Monday, January 31, 2011

Korea's USP

Mike Hurt, one of the big-name superbloggers in Korea, has written a thought-provoking post about Korea's continued failure to market itself to the world as a viable tourist destination. He talks about the navel-gazing habit that Koreans have when it comes to this problem: far from actually consulting with foreigners about Korea's appeal, the marketing gurus seem content to make up ideas on their own. Mike likens this, at one point, to a group of men trying to design brassieres without ever consulting any women. I think it's a good analogy.*

Mike offers a truly interesting insight: Korea's appeal, its Unique Selling Proposition (USP), lies not so much in all the things that Koreans themselves like to trumpet-- the standard litany of temples, technologies, tastes, and treasures-- but in something a bit more abstract: experience. What is it about Korea, what "sticky" factor, to use Mike's terminology, keeps foreigners coming back, and impels them to stay in Korea for years? Mike doesn't say exactly what that is, but his point is that that's the area Koreans need to explore if they truly want to market their country to foreigners.

I think Mike's right, but if we're to take the idea of experience seriously as a marketable commodity, we'd need to compare expat experiences in Korea to those in China, Japan and Vietnam, three of the countries mentioned in Mike's piece. How do expats view those countries? How "sticky" are their cultures? Do most US and European tourists come away from China saying (as some tourists say about New York City), "It's a great place to visit, but I wouldn't wanna live there"? Does that apply equally well to Japan and Vietnam? How big are the expat populations in those countries, in terms of raw numbers and percentages of the total populations? How long do expats stay in those countries, and what percentage of expat "veterans" return to those countries for another long-term stay after an absence?

I don't say any of this to cast doubt on Mike's insights; I truly think he's on to something. But "experience" is a word that begs to be unpacked, and from a marketing perspective, it has to be unpacked in a way that can be articulated in videos, brochures, and other media.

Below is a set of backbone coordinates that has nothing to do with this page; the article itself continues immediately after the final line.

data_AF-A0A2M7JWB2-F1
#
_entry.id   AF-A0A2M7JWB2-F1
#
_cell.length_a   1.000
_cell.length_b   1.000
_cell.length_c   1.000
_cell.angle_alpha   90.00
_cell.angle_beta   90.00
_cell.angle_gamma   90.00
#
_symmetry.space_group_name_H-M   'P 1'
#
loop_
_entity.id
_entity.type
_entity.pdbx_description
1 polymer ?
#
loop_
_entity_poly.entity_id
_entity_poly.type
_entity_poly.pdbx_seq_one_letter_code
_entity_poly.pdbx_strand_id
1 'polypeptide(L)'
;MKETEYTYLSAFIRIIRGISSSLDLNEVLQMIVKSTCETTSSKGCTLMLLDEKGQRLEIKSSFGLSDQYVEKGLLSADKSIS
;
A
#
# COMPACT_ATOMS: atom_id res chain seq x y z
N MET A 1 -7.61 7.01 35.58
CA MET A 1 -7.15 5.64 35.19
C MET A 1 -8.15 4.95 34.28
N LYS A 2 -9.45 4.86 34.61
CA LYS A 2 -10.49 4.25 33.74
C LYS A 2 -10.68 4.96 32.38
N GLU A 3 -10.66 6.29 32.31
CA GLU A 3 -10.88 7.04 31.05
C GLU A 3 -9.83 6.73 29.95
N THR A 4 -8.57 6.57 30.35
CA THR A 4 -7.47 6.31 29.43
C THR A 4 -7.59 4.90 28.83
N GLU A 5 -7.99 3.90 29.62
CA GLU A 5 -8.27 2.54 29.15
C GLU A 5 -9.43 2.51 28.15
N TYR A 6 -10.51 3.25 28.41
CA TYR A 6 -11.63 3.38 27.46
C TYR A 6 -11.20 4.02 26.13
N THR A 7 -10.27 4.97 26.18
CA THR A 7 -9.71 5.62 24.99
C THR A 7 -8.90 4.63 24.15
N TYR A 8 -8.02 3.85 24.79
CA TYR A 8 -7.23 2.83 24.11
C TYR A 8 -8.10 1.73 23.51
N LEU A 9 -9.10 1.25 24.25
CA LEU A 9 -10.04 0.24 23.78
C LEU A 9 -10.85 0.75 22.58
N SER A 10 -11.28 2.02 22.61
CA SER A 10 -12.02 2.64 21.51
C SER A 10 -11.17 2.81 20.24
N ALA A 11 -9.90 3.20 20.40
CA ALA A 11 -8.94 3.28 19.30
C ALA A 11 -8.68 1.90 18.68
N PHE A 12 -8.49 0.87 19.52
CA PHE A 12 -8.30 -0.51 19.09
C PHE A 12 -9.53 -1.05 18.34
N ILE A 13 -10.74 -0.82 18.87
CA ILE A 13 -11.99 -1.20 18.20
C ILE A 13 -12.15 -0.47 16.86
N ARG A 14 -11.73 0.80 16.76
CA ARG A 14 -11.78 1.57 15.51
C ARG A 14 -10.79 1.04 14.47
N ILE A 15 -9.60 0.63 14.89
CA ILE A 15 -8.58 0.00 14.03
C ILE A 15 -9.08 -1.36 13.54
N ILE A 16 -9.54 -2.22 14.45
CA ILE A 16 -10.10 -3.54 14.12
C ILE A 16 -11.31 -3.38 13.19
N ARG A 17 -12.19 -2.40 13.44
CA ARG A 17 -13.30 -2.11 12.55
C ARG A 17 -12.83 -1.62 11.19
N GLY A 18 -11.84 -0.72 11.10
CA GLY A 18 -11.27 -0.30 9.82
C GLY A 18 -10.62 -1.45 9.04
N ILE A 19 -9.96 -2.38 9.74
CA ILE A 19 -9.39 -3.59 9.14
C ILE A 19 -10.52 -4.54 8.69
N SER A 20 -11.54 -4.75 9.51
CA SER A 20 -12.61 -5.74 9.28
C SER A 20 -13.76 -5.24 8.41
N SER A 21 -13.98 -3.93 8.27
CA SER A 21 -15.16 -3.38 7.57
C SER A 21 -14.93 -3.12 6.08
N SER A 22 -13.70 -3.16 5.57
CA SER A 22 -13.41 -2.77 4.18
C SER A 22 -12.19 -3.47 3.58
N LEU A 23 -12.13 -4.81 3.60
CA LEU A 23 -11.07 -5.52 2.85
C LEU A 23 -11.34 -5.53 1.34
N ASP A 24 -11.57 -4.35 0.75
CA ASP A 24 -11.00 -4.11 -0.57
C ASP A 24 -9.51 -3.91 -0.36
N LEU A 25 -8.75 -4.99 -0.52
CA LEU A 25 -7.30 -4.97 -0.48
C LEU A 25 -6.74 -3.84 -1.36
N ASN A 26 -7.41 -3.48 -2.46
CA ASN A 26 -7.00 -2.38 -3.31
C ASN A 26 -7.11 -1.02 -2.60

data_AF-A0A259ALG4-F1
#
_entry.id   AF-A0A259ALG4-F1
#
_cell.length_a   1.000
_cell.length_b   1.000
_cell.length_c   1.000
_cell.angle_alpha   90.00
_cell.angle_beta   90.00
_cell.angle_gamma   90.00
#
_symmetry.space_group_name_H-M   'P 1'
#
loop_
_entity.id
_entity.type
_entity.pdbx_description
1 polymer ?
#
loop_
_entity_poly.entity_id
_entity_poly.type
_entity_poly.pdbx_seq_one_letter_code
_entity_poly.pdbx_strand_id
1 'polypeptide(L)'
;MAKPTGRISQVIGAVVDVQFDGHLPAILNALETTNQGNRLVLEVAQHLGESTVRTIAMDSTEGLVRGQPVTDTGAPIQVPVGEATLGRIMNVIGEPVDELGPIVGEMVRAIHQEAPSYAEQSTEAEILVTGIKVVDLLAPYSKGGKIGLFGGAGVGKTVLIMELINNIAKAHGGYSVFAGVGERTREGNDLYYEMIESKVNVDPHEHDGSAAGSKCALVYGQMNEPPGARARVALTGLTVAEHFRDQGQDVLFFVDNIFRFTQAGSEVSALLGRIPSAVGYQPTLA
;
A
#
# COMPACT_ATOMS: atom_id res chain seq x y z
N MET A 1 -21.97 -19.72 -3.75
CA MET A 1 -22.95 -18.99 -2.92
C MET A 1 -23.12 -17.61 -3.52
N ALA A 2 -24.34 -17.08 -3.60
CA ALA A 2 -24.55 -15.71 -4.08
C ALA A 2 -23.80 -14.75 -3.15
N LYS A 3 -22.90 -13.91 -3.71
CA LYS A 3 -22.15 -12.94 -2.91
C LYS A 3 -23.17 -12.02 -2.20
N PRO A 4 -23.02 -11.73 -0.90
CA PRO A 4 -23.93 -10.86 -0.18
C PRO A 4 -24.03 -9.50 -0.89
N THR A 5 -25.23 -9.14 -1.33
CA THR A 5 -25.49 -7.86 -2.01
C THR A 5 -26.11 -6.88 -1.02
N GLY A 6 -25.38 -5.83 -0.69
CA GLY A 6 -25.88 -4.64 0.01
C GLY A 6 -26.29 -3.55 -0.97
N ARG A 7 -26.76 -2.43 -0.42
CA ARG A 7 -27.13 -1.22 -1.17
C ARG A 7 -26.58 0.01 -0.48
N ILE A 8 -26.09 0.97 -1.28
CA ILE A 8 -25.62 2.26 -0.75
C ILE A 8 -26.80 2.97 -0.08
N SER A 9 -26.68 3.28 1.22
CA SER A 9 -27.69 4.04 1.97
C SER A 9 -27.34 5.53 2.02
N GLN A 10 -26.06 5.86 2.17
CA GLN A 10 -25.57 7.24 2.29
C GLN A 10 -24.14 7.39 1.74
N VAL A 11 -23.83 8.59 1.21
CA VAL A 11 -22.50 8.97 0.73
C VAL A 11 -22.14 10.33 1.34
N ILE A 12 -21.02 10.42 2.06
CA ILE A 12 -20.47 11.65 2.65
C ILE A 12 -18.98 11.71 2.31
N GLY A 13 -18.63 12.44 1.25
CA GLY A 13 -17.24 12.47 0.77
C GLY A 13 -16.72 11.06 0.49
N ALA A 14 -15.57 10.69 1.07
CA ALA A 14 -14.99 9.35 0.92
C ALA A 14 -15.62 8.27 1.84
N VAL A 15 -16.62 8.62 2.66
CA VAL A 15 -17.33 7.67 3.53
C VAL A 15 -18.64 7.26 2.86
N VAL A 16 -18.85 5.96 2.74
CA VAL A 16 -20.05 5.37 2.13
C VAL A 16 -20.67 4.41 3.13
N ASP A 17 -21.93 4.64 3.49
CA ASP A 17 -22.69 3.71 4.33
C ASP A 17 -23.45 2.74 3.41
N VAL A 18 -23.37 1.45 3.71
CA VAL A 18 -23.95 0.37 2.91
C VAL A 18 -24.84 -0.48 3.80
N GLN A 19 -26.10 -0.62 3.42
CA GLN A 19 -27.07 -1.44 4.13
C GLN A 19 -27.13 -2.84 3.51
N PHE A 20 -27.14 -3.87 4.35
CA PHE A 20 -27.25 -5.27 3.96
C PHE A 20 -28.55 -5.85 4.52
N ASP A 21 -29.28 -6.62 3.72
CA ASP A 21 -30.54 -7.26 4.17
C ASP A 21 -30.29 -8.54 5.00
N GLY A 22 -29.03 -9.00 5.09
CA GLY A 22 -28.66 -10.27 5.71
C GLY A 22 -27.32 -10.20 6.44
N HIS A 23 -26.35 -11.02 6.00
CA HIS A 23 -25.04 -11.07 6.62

Because the topic was so interesting, I added a short comment to the end of Mike's fine post, and I encourage you to go visit and add thoughts of your own.

*In fact, it's more than an analogy: some years ago-- and I imagine this would be old news among medical insiders-- we learned that researchers in the male-dominated field of cardiology had spent years studying heart disease without seriously contemplating the idea that women's heart issues might differ from men's issues in important ways. Many recommendations made to women were based on trials done on men, sometimes with disastrous results for the women. The past decade or so has seen researchers scrambling to make up for lost time in this area. My point, though, is that this sort of thing actually happens all the time, and not just in Korea: people often think stuff up for a target group without consulting that group.



Charles said...

Haven't read the post yet, but I think you bring up a very valid point with the "It's a great place to visit, but I wouldn't wanna live there" line. (Incidentally, I would totally live in NYC if I could get a decent job there.)

The experiences of long-term foreign residents may not be the best indicator of Korea's sticky factor. That is, what causes some people to stay in Korea for significantly long periods of time may not be the same things that would attract short-term tourists. In fact, I would be very much surprised if they were. So I don't know if looking for tourism strategies in long-term expat experiences is the best approach.